Course Hero. "The Power and the Glory Study Guide." Course Hero. 16 Oct. 2017. Web. 6 June 2020. <https://www.coursehero.com/lit/The-Power-and-the-Glory/>.
Course Hero. (2017, October 16). The Power and the Glory Study Guide. In Course Hero. Retrieved June 6, 2020, from https://www.coursehero.com/lit/The-Power-and-the-Glory/
(Course Hero, 2017)
Course Hero. "The Power and the Glory Study Guide." October 16, 2017. Accessed June 6, 2020. https://www.coursehero.com/lit/The-Power-and-the-Glory/.
Course Hero, "The Power and the Glory Study Guide," October 16, 2017, accessed June 6, 2020, https://www.coursehero.com/lit/The-Power-and-the-Glory/.
The Power and the Glory is told from the point of view of a third-person omniscient narrator. While the narrator tends to focus on one character per section, there are moments when multiple character perspectives are considered.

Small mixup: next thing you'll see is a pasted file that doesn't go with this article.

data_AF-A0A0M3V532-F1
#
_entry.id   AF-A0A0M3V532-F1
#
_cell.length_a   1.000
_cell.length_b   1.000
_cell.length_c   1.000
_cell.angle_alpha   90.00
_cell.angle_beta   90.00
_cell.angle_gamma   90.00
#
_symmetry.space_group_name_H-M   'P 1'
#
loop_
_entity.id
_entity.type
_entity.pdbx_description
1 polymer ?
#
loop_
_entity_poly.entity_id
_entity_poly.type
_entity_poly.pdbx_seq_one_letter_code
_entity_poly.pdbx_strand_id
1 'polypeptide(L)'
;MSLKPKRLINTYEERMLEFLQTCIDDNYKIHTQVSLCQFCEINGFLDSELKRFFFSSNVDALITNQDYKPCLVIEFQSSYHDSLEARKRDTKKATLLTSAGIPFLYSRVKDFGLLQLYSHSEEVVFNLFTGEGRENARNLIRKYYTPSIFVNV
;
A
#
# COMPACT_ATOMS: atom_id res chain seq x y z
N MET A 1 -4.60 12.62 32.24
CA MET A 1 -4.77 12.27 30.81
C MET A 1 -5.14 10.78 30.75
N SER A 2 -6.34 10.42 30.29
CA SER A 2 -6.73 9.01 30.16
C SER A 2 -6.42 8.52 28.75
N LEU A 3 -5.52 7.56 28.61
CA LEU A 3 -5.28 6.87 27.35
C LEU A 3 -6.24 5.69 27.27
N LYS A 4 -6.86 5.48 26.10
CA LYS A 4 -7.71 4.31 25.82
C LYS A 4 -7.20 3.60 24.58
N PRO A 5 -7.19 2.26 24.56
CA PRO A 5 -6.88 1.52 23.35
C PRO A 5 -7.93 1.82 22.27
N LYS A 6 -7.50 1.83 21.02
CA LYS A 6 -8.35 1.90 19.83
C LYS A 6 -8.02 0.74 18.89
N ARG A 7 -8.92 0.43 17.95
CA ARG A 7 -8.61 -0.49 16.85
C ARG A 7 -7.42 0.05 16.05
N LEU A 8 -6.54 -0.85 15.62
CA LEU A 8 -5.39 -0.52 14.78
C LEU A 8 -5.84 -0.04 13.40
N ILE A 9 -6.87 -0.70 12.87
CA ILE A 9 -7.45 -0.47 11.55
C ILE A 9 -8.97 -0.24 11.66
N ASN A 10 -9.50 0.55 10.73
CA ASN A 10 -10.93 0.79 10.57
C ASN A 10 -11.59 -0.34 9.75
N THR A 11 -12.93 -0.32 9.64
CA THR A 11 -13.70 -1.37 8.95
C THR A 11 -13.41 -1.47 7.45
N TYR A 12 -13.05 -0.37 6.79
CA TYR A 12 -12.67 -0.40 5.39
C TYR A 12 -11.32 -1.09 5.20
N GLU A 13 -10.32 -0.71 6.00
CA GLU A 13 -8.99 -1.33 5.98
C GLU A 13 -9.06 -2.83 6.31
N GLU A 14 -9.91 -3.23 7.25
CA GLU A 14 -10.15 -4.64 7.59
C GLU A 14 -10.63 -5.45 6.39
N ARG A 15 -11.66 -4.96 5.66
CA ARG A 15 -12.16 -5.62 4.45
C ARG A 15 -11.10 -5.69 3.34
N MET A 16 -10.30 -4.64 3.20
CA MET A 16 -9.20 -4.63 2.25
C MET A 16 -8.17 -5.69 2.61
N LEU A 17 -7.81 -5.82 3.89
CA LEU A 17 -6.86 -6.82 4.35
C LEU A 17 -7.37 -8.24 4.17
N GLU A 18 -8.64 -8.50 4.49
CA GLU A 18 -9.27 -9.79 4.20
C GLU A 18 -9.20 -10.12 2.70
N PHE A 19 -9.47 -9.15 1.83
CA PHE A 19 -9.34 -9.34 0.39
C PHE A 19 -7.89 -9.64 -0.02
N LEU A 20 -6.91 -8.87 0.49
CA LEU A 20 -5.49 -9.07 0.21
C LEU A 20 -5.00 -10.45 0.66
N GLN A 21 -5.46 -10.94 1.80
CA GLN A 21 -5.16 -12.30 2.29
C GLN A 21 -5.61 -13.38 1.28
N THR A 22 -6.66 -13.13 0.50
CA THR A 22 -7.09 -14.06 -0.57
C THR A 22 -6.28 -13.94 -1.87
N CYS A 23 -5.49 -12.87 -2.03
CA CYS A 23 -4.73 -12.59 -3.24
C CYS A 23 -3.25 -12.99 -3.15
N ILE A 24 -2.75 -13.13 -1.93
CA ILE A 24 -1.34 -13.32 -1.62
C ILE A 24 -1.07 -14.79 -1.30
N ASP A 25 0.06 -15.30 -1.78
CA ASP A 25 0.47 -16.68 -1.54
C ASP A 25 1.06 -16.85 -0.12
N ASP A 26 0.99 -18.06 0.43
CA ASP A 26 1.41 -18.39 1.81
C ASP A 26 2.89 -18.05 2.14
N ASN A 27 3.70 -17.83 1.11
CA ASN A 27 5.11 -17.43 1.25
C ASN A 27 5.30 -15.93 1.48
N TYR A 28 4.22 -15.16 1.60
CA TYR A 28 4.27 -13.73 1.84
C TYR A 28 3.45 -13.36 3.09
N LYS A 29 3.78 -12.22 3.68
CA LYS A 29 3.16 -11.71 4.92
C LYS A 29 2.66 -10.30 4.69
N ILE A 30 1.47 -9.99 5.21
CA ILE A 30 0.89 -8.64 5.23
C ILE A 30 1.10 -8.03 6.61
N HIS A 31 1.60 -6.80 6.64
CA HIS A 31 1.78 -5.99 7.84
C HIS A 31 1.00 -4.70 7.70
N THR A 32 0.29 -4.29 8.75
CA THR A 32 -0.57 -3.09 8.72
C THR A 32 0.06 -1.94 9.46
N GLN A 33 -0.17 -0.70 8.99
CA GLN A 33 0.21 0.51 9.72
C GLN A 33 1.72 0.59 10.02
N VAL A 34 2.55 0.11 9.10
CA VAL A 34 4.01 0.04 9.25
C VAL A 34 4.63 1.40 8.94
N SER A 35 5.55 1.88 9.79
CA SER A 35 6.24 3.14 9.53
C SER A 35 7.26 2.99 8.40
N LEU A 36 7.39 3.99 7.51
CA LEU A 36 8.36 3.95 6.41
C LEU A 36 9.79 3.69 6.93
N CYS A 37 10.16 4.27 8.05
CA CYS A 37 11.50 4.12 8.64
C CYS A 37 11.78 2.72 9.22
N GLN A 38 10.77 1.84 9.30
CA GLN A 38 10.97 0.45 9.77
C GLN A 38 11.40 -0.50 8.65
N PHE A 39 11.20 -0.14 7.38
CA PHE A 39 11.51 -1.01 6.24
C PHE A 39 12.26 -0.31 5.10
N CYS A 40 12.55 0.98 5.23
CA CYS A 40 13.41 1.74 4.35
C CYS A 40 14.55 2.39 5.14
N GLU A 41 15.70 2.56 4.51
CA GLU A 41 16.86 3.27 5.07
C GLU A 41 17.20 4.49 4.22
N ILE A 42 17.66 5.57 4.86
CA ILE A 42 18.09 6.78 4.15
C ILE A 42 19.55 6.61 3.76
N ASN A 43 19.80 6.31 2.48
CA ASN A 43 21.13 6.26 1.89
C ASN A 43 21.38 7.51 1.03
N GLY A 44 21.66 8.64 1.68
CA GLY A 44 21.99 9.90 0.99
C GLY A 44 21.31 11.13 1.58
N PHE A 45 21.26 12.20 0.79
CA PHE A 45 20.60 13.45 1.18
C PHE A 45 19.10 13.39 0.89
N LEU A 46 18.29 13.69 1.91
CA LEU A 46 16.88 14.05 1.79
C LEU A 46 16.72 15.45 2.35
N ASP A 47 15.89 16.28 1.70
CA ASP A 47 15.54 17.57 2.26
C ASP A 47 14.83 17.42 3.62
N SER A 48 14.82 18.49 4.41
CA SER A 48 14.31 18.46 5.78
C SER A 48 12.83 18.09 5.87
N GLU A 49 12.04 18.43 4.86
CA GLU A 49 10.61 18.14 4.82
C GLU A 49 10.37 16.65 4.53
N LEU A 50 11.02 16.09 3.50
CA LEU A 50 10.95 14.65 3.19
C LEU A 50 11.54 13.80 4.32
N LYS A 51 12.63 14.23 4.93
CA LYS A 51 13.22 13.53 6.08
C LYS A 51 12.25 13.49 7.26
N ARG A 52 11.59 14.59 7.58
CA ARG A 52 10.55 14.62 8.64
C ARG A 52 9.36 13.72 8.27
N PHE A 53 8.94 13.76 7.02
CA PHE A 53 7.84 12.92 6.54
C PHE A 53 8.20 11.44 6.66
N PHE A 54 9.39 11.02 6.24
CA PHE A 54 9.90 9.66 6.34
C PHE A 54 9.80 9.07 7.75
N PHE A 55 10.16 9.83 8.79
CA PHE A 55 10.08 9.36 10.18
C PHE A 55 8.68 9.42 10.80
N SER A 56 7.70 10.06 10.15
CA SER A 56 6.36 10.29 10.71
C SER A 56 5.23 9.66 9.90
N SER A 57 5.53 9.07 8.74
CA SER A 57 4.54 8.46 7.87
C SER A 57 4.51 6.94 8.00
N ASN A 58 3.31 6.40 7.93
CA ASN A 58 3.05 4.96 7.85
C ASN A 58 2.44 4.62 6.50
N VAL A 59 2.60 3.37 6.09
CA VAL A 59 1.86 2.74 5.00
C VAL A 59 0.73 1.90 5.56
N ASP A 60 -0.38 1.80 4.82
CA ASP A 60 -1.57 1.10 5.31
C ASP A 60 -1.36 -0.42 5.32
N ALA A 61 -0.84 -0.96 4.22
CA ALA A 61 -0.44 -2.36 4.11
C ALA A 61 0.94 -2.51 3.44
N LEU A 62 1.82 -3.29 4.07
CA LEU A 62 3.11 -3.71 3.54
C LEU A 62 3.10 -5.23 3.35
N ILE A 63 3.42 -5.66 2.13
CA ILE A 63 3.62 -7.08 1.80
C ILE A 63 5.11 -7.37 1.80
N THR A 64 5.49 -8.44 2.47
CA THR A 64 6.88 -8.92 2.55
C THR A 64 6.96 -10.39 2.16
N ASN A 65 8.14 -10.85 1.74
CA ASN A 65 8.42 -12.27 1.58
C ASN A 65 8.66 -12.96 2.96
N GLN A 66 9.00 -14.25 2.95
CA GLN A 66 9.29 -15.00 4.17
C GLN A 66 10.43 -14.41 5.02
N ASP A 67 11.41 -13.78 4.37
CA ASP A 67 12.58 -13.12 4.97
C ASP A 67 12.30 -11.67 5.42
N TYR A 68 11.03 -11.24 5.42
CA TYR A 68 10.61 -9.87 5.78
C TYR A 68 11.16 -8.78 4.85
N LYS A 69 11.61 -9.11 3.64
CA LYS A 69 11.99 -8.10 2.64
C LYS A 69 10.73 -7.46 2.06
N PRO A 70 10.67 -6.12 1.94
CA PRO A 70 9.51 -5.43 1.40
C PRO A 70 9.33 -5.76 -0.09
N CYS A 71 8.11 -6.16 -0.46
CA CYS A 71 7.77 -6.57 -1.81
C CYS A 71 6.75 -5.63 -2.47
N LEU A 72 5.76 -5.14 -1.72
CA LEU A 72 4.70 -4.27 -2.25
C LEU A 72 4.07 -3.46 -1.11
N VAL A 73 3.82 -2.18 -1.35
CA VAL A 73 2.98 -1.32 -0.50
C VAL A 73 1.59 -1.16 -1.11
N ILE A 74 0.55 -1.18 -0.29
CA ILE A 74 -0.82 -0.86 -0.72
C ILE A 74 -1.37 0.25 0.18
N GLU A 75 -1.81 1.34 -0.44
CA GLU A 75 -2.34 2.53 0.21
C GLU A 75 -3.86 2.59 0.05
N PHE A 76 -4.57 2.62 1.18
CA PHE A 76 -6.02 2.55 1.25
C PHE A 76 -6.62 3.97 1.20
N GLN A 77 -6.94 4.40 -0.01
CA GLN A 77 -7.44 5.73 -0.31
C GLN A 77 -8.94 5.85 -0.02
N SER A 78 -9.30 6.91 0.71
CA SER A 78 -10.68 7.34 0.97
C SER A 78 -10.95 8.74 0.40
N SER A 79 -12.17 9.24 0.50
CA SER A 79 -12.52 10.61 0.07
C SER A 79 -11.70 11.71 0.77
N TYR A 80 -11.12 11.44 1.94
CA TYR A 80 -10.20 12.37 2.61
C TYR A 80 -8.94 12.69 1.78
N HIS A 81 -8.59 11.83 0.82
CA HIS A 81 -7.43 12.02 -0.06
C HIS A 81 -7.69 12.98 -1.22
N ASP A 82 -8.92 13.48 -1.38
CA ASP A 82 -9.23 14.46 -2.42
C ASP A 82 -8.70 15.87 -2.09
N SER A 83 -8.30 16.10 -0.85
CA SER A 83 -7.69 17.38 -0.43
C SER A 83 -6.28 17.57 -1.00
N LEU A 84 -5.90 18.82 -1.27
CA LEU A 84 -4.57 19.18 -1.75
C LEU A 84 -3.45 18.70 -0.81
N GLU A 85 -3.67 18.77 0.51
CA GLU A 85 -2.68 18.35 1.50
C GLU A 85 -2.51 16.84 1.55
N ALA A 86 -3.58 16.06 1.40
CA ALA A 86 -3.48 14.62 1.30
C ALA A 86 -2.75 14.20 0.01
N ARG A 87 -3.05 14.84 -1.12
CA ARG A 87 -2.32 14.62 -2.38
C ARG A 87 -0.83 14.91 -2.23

The Power and the Glory is written in the past tense.
The verbally ironic title The Power and the Glory comes from the expression of praise to God often recited at the end of the Christian prayer the Lord's Prayer (or Our Father): "For thine is the kingdom and the power and glory, for ever and ever, Amen." The religious characters in the novel, however, have no power and no glory.
This study guide and infographic for Graham Greene's The Power and the Glory offer summary and analysis on themes, symbols, and other literary devices found in the text. Explore Course Hero's library of literature materials, including documents and Q&A pairs.